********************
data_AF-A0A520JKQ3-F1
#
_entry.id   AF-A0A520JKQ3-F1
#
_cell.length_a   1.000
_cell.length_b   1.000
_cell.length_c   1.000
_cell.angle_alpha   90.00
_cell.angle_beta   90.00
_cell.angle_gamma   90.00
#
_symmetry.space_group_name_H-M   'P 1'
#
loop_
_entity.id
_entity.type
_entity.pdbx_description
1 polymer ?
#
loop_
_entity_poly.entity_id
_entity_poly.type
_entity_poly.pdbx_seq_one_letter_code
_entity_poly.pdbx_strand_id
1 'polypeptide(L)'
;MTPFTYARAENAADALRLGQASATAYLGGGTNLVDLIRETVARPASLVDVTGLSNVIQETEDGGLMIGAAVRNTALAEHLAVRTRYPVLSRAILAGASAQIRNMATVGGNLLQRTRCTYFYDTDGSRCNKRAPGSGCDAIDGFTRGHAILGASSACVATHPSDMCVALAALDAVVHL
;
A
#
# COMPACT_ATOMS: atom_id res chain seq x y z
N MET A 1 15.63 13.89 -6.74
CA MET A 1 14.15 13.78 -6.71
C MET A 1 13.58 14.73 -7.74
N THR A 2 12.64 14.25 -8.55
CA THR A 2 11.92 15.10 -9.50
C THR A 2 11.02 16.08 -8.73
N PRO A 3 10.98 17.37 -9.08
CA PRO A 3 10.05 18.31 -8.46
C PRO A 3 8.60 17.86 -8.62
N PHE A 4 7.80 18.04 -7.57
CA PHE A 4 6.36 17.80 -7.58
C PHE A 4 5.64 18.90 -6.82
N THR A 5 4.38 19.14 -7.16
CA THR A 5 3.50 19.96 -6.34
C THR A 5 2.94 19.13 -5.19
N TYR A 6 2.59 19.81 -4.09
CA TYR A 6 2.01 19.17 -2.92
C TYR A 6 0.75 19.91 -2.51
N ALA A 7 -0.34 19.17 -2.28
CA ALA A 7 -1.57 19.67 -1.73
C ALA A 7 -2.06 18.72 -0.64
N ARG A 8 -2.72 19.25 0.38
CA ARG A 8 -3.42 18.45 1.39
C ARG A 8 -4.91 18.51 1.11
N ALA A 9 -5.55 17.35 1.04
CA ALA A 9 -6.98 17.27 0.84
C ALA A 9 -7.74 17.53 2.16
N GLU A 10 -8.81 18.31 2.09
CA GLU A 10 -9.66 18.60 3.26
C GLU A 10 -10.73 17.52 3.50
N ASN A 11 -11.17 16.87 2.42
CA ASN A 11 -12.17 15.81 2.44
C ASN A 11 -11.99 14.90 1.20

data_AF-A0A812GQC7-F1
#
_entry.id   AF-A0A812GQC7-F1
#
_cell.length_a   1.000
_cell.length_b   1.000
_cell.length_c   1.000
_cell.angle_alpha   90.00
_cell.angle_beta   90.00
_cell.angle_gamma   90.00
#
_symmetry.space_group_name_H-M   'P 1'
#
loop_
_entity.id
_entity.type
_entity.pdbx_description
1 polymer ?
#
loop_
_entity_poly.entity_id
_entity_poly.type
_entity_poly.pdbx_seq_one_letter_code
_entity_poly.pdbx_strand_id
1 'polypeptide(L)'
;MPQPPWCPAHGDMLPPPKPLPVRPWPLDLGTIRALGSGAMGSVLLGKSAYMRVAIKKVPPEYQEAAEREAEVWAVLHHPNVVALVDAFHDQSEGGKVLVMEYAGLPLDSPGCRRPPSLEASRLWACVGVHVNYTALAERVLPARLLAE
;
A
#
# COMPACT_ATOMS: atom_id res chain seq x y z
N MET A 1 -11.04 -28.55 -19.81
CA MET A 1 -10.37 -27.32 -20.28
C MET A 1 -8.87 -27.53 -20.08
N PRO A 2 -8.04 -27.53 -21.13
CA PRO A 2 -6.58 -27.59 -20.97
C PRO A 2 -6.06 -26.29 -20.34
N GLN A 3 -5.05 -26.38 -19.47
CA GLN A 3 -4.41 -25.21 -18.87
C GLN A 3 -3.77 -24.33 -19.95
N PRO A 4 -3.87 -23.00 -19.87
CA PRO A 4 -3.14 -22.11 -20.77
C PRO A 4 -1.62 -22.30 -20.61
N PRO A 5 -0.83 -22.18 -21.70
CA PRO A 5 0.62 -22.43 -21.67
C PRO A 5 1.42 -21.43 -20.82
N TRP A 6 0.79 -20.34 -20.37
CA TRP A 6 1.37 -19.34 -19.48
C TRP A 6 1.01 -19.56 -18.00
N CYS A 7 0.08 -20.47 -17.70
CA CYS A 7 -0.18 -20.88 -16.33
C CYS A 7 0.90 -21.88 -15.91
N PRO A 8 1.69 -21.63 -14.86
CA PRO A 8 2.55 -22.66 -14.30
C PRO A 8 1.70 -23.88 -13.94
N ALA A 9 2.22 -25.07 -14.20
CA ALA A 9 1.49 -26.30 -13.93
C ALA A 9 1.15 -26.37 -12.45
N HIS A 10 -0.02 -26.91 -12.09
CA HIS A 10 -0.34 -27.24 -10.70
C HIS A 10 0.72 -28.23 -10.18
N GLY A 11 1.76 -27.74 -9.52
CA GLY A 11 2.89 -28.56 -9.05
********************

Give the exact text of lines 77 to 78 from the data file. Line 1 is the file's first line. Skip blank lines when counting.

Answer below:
loop_
_entity.id